Revisiting the Andrew Copp trade one month in

Photo credit:Tom Horak-USA TODAY Sports
Colton Davies
1 year ago
Tuesday marked forward @Andrew Copp’s first meeting against the Winnipeg Jets since being traded to the New York Rangers back in March. Let’s review where things stand for both sides.
At the 2022 Trade Deadline, we saw several moves involving big price tags; the Chicago Blackhawks stole a pair of first-round picks in exchange for @Brandon Hagel. The Montreal Canadiens received a first-round pick for former Jets defenceman @Ben Chiarot.
With price tags set so high, many Jets fans wondered what the team would fetch for Copp, who was a fan-favourite and all-around tradesman. As deadline day went on, news trickled out that the club traded Copp and a 2023 sixth-round pick to the Rangers in exchange for @Morgan Barron, a 2023 fifth-rounder and two conditional second-round picks. It finally happened.
Copp, who’s an unrestricted free agent at the end of the season, was set to secure a big payday and the Jets knew they’d be unable to retain his services. Especially given that he’s set career-highs across all categories. He’s a player that can be used in any situation, that’s something unique about Copp’s playstyle, but his supreme penalty killing is what makes him stand out from the rest. He’s already found success with the Rangers since arriving in the Big Apple, registering 14 points (five goals, nine assists) through his first 14 games.
Halifax Nova Scotia product, Barron, is the younger brother of Montreal Canadiens prospect @Justin Barron. He’s built like a fridge, standing 6-foot-4 and 220-pounds, he’s a force to be reckoned with on the ice and is a menace to knock off the puck.
Barron didn’t have your typical route to the NHL. He was drafted late in the 2015 QMJHL Draft by the Saint John Sea-Dogs but opted to play elsewhere instead. The 23-year-old played three seasons with the St. Andrew’s College Saints of the CAHS and during the 2016-17 season, he was named captain, where he registered 50 points in 46 games.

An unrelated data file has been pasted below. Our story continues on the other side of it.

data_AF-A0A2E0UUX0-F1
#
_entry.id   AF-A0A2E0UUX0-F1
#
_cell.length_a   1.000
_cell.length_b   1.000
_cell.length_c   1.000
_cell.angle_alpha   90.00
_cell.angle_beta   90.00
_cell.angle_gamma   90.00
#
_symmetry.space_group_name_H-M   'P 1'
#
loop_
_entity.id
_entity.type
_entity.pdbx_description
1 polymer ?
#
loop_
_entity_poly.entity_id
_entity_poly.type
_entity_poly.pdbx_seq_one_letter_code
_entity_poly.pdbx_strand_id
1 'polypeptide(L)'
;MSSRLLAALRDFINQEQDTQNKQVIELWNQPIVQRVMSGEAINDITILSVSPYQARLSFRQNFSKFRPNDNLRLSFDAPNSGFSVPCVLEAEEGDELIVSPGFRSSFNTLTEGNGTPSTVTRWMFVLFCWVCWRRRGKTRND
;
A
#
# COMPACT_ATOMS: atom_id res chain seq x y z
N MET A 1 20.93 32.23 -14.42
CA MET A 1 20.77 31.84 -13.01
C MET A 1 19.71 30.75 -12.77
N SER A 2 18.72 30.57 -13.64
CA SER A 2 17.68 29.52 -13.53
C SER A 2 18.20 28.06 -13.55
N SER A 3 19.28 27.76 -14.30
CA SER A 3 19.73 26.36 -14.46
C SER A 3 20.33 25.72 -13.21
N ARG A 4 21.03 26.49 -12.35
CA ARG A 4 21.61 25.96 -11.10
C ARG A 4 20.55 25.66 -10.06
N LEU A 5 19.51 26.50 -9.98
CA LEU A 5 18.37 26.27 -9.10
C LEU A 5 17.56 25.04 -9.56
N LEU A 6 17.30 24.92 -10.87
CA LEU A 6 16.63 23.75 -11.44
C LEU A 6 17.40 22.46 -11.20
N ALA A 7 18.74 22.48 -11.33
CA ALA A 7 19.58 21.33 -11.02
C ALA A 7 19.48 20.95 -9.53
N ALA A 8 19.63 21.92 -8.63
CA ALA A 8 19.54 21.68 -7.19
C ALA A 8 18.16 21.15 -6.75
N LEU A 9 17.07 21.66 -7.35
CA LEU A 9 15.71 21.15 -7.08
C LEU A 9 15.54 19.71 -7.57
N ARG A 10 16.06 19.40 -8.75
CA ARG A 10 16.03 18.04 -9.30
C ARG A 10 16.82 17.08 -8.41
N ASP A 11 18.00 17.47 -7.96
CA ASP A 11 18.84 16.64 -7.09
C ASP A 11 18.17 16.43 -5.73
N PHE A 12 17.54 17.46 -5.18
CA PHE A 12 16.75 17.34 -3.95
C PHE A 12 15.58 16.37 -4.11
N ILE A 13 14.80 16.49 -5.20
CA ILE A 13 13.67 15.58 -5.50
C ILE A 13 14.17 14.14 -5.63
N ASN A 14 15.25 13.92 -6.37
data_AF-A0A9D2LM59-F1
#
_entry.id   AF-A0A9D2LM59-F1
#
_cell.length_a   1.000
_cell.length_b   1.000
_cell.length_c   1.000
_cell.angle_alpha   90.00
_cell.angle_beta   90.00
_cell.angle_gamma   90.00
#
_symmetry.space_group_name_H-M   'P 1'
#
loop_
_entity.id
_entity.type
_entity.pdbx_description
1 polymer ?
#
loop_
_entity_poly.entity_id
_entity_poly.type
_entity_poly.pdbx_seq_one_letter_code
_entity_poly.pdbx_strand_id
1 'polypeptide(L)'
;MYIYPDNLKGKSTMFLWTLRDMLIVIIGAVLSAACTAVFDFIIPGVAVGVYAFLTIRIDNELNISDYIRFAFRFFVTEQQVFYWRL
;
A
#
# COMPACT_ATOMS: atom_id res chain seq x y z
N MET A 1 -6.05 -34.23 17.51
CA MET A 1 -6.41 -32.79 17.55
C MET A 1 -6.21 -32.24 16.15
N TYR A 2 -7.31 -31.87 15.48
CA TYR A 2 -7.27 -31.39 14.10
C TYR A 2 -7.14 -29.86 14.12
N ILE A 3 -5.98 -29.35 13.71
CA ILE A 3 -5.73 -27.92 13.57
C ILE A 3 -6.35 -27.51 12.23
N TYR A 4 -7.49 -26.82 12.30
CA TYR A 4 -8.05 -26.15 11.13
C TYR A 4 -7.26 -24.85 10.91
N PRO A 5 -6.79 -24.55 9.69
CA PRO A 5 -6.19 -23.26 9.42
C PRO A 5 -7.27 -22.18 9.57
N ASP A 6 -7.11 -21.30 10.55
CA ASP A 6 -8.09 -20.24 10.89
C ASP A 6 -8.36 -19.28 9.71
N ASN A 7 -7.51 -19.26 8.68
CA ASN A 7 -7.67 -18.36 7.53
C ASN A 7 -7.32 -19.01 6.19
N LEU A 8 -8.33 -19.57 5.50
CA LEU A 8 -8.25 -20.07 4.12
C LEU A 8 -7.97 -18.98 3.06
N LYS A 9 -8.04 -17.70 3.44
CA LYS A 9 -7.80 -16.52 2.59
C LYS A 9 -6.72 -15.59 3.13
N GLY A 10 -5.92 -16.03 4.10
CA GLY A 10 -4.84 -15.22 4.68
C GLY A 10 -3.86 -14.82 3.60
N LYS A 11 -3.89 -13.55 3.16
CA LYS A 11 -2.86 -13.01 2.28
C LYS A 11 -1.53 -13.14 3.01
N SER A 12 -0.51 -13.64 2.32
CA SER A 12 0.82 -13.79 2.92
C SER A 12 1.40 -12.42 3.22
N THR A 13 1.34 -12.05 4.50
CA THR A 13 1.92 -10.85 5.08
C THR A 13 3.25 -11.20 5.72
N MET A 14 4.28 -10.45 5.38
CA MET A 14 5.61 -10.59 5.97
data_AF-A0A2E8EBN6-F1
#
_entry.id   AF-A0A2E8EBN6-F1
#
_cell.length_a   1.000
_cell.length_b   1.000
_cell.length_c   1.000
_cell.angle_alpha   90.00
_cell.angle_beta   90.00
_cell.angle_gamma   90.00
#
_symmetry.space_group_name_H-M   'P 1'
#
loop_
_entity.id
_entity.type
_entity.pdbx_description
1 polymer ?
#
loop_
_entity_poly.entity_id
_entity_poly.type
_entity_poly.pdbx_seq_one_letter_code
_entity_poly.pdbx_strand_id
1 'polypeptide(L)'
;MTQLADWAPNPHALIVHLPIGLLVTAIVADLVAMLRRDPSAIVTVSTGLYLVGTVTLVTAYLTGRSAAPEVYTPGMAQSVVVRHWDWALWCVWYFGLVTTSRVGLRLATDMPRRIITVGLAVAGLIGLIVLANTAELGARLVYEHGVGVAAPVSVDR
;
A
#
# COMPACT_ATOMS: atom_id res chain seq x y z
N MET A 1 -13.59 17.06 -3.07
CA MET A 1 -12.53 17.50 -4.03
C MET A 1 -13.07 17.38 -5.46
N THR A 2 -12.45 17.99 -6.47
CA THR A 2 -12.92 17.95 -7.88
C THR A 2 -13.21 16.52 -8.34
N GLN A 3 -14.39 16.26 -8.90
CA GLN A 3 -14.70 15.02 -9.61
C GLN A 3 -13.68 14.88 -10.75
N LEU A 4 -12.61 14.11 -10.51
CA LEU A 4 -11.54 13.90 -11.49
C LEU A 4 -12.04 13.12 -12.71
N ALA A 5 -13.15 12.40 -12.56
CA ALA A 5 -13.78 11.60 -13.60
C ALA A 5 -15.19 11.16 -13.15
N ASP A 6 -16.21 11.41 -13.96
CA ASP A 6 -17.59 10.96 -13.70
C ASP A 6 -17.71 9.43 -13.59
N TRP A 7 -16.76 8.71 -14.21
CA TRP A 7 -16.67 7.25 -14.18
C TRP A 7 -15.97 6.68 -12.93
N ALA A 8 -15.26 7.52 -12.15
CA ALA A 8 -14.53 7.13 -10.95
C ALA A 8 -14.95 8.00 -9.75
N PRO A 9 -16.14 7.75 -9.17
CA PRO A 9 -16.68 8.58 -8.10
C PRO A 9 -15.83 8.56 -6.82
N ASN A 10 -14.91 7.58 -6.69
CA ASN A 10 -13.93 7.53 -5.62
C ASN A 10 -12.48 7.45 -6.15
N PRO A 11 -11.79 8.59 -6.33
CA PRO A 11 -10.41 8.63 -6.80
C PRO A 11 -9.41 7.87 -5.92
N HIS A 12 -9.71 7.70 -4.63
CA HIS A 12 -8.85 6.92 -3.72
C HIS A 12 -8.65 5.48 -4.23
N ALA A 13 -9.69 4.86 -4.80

Then, Barron transferred to the NCAA and like popular sitcom character Andy Bernard, he spent three years at Cornell University. During his final year, he was named captain once again. A leadership trait is a strong suit with Barron, and that can take you a long way. He received numerous accolades over his three years, including the 2020 ECAC Player of the Year award, AHCA All-America honours, an All-Ivy League First Team selection and an All-ECAC Hockey First Team selection.
After being drafted 174th overall in the 2017 NHL Draft, and going through an uphill climb to playing in the show, he finally got his shot. After spending most of the 2020-21 season with the Hartford Wolfpack, Barron made his NHL debut on May 1, 2021, versus the New York Islanders.
Just a couple of games later, he fulfilled a dream that every hockey player has, scoring his first NHL goal in a game that came against the Washington Capitals.
Granted, Barron wasn’t the highest touted prospect in the Rangers’ system, and there were a few grunts and snarls when the trade was announced. But, he’s already made an impact with the Jets through his first nine games.
Of course, he registered his first NHL multi-point game last week against the Montreal Canadiens. His first goal as a Jet came when the Danish king, @Nikolaj Ehlers, made a gorgeous drop pass and Barron sniped the puck into the back of the net.
Then, shortly afterwards, Barron made a quick pivot move past @Rem Pitlick and fired a pass to veteran @Paul Stastny, who one-timed the puck past goaltender @Samuel Montembeault. This game provided Jets fans with a peek into the future. Here’s a player that’s not only built to physically dominate the centre position but like Copp, can likely slot in anywhere in the line-up, too.
According to NaturalStatTrick.com, Barron has posted a 52.42 per cent Corsi For Percentage (CF%), a 56.38 per cent Fenwick For Percentage (FF%) and a PDO of 931 at 5-on-5. Through nine games, however, these stats are almost meaningless but it gives you an insight into how he can be serviceable for the Jets.
While it’s still early to decide whose the winner of this trade is, I think this deal will likely work out for both the Jets and Rangers in the long run.

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